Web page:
Dialogue is largely a matter of the quality of relationship and of communication patterns that sustain that relationship. Important are the attitudes participants bring to an encounter, the ways they talk to one another, the consequences of the meeting, and the larger context in which the dialogue occurs.
But of course, dialogue and communication begin with the self. Some have suggested that we know ourselves only in responding to others. Our “selves” arise in response to concrete situations and circumstances. In dialogue, we find ourselves “open” to and “present” with another. A conversation that leads to irrevocable change may result.
However, there are at least two characteristic of dominant U.S. culture that work against the development of dialogue. First is the emphasis placed on individualism and the tendency toward conversational narcissism. Second is the tendency to look to techniques to handle virtually all problems, including human relationship. Both characteristics tend to limit our opportunities to enter into dialogue.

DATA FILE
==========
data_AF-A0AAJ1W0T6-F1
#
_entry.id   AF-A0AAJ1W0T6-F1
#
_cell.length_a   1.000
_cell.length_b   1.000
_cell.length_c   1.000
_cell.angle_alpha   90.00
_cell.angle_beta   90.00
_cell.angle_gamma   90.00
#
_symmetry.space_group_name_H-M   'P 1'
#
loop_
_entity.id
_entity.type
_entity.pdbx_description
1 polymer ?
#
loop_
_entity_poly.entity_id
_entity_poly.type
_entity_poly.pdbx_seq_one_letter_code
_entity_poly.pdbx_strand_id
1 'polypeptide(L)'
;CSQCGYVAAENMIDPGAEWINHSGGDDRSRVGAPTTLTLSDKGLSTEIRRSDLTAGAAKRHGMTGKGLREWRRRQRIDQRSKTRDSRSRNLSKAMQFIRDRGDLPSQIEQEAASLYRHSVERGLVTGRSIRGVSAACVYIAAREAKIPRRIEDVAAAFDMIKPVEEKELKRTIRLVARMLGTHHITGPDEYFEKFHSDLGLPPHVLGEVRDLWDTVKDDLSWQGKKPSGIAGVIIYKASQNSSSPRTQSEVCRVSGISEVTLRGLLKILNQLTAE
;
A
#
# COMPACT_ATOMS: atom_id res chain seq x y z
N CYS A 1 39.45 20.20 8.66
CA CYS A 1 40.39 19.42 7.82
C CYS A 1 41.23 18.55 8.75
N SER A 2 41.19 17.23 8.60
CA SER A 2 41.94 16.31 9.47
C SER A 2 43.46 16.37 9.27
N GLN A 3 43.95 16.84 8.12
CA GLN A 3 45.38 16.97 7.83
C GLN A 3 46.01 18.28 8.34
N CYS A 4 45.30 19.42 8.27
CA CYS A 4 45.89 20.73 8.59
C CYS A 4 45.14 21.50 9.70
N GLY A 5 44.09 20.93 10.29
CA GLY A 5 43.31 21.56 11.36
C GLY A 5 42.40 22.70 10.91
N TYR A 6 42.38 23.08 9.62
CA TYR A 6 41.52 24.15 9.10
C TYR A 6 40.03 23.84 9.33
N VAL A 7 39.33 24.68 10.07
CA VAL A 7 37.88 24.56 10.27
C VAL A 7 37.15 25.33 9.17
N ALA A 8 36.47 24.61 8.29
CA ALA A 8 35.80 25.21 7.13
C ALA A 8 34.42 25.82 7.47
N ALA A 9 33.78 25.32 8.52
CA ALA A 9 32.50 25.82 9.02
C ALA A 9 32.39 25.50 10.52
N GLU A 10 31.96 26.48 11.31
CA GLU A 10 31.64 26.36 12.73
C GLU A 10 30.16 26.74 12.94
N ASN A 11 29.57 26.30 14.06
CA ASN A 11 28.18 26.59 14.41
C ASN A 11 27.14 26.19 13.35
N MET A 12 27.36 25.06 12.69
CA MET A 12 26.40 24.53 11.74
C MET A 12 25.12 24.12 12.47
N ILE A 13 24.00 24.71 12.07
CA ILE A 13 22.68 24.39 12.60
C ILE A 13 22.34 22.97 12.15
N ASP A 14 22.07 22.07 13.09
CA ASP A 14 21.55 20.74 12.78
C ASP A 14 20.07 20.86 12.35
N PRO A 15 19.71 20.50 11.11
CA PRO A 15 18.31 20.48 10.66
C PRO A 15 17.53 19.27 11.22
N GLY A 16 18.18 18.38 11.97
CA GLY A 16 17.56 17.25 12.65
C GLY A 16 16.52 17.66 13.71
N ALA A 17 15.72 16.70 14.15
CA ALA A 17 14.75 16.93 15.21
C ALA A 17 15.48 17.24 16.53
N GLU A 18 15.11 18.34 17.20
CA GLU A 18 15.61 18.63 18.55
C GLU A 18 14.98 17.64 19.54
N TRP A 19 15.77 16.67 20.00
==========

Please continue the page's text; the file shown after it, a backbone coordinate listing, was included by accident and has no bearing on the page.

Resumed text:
One who believes that the individual is the greatest good may be unable or unwilling to develop the respect for another involved in a dialogic perspective. Those caught up in the culture of competitive individualism are not genuinely interested in other people. Instead, they tend to be self-interested, self-absorbed, and narcissistic. There are four ways in which narcissistic characteristics reveal themselves during conversation. First, individuals tend to be self-absorbed and arrogant. Second, they seek to exploit others by way of deceit or manipulation. Third, they constantly attempt to make themselves the center of attention. Fourth, they tend to protect their personal space and find it difficult to form intimate relationships.